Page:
Question and response on rape and evictionism theory.

From: David Salamon []
Sent: Sun 6/21/2015 10:41 AM
Subject: Thanks and question

Hi Professor Block,

First of all thank you — although I’ve been a libertarian for the last ten years, your work has shown me countless blind spots in my thinking, and caused me to reconnect with what drew me to libertarianism in the first place (clear thinking). I second FA Hayek’s review of your book 🙂

At the end of you indicate you don’t believe a woman who has been raped has any rights beyond eviction, on the grounds that the child shouldn’t be punished for the sins of the father. While I found myself agreeing with basically everything else of yours I’ve heard, your position here strikes me as wrong So my question is: what, if any, rights do you believe a person has to their genetic code?

For my part, I believe the mother should have both the right to evict AND to remove her DNA from the fetus… as I assume would be the case for any other derivative work based on stolen intellectual property. (Similarly to the post-eviction medical aid you mention, in the future the unlicensed DNA could be replaced with other DNA). I feel like the above has to be true, especially for sub-1-day fetuses, but thinking about DNA as property opens up a troublingly large can of worms. Okay, well, thanks again for the informative and insightful content you’ve
put out 🙂 Thanks, David Salamon

For my response, continue reading:

Thanks for your very challenging question. I have published quite a bit about evictionism (in my view, the only correct libertarian solution to the challenge of the pro-life pro-choice debate) – see below on this – but I have never addressed the challenge you raise. Heck, I’d never before heard of it, so I am very grateful to you for posing this to me.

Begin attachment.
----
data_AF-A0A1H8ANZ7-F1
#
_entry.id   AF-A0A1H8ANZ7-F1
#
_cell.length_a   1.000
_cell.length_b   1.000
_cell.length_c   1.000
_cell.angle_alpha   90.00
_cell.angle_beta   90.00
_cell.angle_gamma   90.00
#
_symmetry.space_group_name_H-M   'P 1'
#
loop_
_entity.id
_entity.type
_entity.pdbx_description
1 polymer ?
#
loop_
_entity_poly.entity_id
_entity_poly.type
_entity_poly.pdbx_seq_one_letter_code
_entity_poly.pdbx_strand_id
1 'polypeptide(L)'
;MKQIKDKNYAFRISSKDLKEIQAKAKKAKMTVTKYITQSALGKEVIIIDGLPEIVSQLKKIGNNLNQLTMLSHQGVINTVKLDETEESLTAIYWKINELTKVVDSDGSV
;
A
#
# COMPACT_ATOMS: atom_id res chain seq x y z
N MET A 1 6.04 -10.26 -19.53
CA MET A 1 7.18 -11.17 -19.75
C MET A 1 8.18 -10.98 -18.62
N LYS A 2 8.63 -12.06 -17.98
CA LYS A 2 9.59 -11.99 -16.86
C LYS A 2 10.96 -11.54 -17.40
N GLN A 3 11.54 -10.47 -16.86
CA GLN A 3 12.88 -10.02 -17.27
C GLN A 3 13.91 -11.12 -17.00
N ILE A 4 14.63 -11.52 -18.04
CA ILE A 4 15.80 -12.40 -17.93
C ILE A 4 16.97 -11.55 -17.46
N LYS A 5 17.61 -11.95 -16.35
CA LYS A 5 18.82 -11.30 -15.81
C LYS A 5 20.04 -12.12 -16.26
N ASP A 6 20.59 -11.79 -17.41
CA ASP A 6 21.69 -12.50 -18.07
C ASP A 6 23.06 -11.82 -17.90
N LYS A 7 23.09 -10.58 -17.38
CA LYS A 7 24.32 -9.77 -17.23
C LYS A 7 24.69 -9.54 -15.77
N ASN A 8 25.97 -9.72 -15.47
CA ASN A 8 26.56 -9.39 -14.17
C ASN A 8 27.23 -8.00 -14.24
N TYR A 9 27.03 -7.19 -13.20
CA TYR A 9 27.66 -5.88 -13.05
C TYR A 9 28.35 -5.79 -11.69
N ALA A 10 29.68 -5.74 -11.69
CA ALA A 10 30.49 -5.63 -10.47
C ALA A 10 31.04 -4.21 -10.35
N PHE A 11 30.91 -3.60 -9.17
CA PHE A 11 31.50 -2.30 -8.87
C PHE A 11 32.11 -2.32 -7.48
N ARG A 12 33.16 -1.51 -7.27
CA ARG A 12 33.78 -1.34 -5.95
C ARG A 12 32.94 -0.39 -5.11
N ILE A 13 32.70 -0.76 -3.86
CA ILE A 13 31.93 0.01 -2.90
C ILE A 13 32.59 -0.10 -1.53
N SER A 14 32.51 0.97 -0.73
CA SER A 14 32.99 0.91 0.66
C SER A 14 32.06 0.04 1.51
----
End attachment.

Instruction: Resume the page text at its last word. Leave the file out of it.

First, what is the genetic code? I looked this up, and here is what I found:

1. The set of DNA and RNA sequences that determine the amino acid sequences used in the synthesis of an organism’s proteins. It is the biochemical basis of heredity and nearly universal in all organisms.
2. The set of 64 codons corresponding to the 20 amino acids used for protein synthesis and as the signals for starting and stopping protein synthesis.
3. The biochemical instructions that translate the genetic information present as a linear sequence of nucleotide triplets in messenger RNA into the correct linear sequence of amino acids for the synthesis of a particular peptide chain or protein.

I’m no biologist, so I speak under correction here, but what I glean from this is that the genetic code is something like computer code, or a recipe, or a set of notes in music. In other words, this constitutes information. I’m a supporter of Stephan Kinsella on intellectual property: